A Little Advice… Travel Around the World Without Flying

Breaking from tales of my own round the world trip is a traveler to whom I give mad props. Michael Hodson traveled around the world for well over a year without a single flight. He was committed to feeling every footstep of his journey—to taking a journey that harkened back to the era of great explorers exploring every inch of land. His overland by land and sea gives his round the world trip itinerary an intriguing new take and I am pleased he is willing to share his story below.

One of my primary reasons for taking a trip around the world without flying was because I wanted to get a full appreciation of the size of the world. After exactly one year on the road without leaving the ground, and still having not made it all around yet, I can say—it’s big. Really big. And it’s more amazing that I ever would have imagined.

Modern plane travel is one of the miracles of modern convenience. One can get on an airplane in the heart of Middle America one afternoon and wake up the next morning in Italy or China. These days, you can get to about anywhere in the world from a major city in the States in 24 hours—give or take a few. I love the ease of flying, but at least for me, there flying fosters a disconnect there that I wanted to eliminate at least once in my life. I wanted to feel the miles—feel the distance—know that I had actually traveled. In some sense, I wanted to earn my first journey around the world.

chicken buses Central America

Most of the tips I could give you about an around-the-world trip without planes would be the same sort of tips you’d normally read about any long trip—websites with good hostel/hotel reviews, key phrases you should learn in a language before you arrive, safety issues, and so on. Instead, I’ll try to make these tips and thoughts more focused on the uniqueness of a ground level circumnavigation.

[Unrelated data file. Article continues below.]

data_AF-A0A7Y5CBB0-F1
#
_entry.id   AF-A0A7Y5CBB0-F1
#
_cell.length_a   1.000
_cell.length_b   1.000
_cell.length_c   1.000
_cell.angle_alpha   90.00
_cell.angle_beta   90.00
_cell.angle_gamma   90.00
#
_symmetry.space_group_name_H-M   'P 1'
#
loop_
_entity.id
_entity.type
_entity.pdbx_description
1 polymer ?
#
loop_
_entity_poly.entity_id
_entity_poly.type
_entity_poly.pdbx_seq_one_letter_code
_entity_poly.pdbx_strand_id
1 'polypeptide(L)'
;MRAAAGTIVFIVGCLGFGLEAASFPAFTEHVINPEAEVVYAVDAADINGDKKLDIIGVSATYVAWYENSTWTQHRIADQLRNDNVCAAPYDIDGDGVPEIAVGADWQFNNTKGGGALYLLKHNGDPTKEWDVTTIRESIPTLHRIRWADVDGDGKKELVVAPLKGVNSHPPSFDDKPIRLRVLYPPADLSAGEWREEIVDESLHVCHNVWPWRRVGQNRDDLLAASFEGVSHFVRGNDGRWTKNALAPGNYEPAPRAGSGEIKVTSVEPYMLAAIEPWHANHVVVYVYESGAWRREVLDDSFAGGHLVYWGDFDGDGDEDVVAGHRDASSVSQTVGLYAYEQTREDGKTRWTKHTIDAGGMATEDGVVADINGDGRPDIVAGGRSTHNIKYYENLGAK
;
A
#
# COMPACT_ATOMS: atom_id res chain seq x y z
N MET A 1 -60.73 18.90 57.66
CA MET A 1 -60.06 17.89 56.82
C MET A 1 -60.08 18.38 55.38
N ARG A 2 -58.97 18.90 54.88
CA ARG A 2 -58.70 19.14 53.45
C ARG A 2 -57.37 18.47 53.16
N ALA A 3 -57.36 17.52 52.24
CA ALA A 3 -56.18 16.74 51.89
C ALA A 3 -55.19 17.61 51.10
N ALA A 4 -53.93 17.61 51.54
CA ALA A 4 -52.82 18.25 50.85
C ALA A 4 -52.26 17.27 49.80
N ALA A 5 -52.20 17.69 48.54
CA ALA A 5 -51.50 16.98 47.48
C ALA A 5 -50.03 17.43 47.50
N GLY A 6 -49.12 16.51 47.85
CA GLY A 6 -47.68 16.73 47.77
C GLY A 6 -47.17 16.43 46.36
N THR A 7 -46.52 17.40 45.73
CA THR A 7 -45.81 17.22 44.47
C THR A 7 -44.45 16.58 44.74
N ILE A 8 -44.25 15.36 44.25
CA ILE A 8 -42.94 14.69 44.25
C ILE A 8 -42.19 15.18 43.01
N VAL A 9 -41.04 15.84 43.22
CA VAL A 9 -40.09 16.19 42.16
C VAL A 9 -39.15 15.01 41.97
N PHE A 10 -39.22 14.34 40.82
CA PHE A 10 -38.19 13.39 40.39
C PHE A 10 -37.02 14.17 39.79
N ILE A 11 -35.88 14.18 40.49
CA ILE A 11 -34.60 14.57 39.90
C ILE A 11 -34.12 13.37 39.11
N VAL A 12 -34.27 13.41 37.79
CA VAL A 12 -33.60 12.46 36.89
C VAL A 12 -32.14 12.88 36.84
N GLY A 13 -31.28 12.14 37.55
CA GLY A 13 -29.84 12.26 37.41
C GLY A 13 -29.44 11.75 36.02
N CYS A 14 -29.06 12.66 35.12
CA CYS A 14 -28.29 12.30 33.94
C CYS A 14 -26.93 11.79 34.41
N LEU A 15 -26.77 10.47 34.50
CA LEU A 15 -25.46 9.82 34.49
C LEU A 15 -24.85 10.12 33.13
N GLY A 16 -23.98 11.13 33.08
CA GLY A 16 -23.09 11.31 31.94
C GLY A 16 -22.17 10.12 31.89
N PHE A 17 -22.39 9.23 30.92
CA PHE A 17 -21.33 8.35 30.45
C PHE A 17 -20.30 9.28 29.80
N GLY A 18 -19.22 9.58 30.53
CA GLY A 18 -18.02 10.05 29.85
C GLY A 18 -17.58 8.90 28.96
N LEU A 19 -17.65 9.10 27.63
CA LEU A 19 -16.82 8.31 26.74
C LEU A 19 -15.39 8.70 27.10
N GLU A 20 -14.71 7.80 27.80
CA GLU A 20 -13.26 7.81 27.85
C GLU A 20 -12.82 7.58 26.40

Table of Contents

Overland Travel Takes Longer: Plan for Perpetual Movement

You move constantly when you’re traveling overland. Assuming you’re traveling on a budget, whether one of time or money, you can’t really stay anywhere for too long. I originally wanted to finish my circumnavigation inside of a year, but it’s going to take me about sixteen months, as it turns out. The longest I’ve stayed in any one location is roughly a week, and I’ve only pulled that off a few times. My stay at most locations is usually about three or four days. The reason for this is quite simple: ground travel takes a hell of a lot more time than hopping on a plane.

As a recent example, I had to travel from Chiang Mai, Thailand to Hong Kong to catch my freighter to Australia—it took me seven days and I was moving for at least eight hours each and every one of those seven days. The same mileage could have been taken care of by a six-hour plane ride. If you take a trip similar to mine, it’s going to be primarily about traveling; that is it’s very nature.

Hoi An, Veitnam

One’s Not the Loneliest Number: You Learn About Yourself

You’re going to be traveling solo for most of your trip, unless you have a boyfriend/girlfriend/spouse that is as dedicated to your quixotic quest as you. One of the joys of traveling is meeting people on the road that you get along with, and then traveling together for a while. Unfortunately, few people will will be traveling as ‘quickly’ as you, so that backpacker tradition of traveling together for weeks becomes more difficult to manage—not impossible, but difficult. Your route around the world is also going to be pretty linear, and you obviously can’t just hop on a plane and jump over a few countries to hook up with some people you want to see.